a plurality of passive optical antennas, wherein each of the passive optical antennas is coupled to a corresponding one of the optical fibers, wherein each of the passive optical antennas decouples the modulated beam component from the corresponding optical fiber, and transmits the modulated beam component into the atmosphere.
11. A system for wireless light-beam transmission of information to multiple destinations, comprising:
a laser for generating a first laser beam;
a plurality of optical fibers;
an active electronics unit coupled to the plurality of optical fibers and configured to receive the first laser beam, wherein the active electronics unit includes:
a modulator for modulating a first data signal onto the first laser beam;
a power splitting unit for splitting the modulated first laser beam into a plurality of beam components;
a fiber coupler for coupling each of the beam components onto a corresponding one of the optical fibers;
a data interface configured to couple to a communication bus, wherein the data interface is configured to receive the first data signal from the communication bus and supply the first data signal to the modulator;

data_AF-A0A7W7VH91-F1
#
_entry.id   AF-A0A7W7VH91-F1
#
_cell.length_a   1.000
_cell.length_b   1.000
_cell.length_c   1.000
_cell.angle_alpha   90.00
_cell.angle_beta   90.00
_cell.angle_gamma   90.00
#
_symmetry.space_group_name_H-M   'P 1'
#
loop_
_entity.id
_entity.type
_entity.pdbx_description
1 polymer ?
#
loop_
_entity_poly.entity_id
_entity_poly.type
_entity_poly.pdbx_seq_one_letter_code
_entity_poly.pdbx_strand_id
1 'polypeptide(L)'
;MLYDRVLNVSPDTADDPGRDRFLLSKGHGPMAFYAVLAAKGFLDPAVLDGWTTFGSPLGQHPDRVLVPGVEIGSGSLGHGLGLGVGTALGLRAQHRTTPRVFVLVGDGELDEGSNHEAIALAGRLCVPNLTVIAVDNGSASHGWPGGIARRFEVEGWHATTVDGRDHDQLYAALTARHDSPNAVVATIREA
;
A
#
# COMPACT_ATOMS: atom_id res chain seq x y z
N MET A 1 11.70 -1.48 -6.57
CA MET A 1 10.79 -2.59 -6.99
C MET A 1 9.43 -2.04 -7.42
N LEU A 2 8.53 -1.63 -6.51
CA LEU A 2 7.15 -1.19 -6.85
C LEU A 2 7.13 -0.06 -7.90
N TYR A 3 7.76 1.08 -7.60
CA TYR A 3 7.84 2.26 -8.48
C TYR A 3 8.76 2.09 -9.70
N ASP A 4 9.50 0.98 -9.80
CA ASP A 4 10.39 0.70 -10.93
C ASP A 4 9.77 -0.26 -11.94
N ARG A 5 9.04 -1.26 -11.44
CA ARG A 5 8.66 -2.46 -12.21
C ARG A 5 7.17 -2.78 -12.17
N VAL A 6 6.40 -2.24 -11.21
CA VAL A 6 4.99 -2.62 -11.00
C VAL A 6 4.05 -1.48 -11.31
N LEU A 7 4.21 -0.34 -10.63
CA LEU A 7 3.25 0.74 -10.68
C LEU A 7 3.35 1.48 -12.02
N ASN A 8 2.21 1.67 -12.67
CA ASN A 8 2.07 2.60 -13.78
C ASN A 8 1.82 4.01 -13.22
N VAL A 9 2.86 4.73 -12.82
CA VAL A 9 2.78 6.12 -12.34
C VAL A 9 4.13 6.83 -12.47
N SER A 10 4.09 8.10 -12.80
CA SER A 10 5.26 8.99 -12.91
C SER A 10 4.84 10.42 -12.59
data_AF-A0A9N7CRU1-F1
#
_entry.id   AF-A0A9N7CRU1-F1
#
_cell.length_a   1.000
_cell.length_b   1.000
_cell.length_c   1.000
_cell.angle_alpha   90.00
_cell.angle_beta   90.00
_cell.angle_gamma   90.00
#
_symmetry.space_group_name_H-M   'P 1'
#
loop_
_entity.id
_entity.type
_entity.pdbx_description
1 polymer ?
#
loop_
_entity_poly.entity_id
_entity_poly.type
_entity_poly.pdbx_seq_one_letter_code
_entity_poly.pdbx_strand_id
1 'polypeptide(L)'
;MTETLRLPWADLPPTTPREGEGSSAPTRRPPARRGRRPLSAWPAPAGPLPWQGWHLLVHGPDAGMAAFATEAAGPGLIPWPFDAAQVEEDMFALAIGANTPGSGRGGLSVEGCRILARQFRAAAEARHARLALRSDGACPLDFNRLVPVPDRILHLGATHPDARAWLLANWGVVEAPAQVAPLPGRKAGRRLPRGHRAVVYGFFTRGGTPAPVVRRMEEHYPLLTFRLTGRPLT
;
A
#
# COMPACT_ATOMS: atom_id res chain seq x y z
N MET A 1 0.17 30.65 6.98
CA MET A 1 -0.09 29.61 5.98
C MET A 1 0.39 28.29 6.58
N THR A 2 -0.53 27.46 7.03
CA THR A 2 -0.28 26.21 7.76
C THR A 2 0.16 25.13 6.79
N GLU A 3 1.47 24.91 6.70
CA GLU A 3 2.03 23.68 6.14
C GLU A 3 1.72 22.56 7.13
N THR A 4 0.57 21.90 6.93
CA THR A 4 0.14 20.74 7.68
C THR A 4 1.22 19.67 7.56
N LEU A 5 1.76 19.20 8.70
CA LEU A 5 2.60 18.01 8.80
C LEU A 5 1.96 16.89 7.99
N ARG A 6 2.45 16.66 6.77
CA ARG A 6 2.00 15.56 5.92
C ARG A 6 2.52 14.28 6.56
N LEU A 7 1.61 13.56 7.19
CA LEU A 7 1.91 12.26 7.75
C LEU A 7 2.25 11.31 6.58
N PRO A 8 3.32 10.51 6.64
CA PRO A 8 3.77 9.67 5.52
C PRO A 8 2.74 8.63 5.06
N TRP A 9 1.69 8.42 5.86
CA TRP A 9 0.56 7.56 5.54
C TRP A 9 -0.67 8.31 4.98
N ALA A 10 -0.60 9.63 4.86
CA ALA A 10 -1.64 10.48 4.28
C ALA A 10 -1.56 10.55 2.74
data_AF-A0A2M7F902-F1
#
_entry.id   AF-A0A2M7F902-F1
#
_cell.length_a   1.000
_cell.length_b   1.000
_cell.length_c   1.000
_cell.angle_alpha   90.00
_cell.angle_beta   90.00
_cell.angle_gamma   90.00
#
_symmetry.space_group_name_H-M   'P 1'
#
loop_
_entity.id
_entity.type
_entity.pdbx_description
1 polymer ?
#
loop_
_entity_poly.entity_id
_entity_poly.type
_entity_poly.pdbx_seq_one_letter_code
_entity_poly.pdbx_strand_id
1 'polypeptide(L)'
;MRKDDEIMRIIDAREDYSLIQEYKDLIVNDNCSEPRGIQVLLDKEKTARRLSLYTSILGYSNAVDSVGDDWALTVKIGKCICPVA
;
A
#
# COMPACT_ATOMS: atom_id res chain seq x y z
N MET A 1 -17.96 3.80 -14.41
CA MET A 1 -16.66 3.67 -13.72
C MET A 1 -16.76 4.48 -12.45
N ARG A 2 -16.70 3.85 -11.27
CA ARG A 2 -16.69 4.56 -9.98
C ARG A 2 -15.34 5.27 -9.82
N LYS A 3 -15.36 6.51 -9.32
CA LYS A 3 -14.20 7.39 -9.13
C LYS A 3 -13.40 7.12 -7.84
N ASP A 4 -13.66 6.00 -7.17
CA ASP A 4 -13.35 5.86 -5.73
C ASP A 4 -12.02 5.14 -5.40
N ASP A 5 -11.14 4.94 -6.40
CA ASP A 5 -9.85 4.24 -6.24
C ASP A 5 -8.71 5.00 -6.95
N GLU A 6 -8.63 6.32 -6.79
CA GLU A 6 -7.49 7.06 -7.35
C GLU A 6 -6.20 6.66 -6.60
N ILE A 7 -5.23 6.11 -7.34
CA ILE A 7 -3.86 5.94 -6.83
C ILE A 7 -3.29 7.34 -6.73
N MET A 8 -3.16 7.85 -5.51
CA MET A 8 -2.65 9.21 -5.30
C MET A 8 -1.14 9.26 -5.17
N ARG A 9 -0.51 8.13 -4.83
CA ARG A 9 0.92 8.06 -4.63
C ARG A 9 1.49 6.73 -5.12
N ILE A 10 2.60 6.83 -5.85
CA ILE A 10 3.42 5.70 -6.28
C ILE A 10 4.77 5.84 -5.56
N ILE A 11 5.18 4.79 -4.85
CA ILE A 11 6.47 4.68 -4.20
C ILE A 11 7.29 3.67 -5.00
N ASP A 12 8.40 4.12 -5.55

a plurality of optical antenna, wherein each of the optical antennas is coupled to a corresponding one of the optical fibers, wherein each of the optical antennas is configured decouple a corresponding beam component from the corresponding optical fiber and transmit the corresponding beam component into the atmosphere.
12. A switching system for establishing wireless inter-connectivty for a number of subscribers based on the atmospheric transmission of light beams, comprising:
a plurality of optical fibers;
a corresponding plurality of passive optical antennas, wherein each of the passive optical antennas is coupled to a corresponding one of the optical fibers, wherein each of the passive optical antennas is configured (a) to receive a first light beam from the atmosphere and couple the first light beam onto the corresponding optical fiber, and (b) to decouple a second light beam from the corresponding optical fiber and transmit the second light beam into the atmophere;
a plurality of transceivers, wherein each of the transceivers is coupled to a corresponding one of the optical fibers, wherein each of the transceivers is configured (a) to receive the first light beam from the corresponding optical fiber, (b) to demodulate a first data signal from the first light beam, (c) to generate the second light beam, (d) to modulate a second data signal onto the second light beam, and (e) to couple the second light beam onto the corresponding optical fiber;